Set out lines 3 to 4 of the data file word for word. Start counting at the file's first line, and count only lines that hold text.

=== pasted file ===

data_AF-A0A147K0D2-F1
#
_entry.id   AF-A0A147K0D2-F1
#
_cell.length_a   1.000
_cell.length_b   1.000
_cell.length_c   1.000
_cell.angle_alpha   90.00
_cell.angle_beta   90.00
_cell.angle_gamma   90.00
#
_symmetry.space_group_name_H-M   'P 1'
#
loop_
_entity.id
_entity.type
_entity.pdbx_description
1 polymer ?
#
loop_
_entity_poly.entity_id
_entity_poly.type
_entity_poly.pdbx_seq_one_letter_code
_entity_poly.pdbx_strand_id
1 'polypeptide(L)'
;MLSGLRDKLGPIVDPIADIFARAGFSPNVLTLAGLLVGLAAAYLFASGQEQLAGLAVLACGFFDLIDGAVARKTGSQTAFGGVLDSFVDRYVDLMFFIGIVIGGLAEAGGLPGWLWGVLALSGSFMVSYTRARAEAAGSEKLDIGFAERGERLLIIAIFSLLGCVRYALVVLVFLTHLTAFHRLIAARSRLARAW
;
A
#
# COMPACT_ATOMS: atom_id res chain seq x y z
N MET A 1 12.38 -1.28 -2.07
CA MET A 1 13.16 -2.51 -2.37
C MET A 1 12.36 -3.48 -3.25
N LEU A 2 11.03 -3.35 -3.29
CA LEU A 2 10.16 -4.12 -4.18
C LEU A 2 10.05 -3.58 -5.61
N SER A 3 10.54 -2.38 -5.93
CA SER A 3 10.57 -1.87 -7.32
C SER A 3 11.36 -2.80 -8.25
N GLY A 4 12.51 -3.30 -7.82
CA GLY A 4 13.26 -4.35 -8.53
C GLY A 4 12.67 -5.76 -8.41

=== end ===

_entry.id   AF-A0A147K0D2-F1
#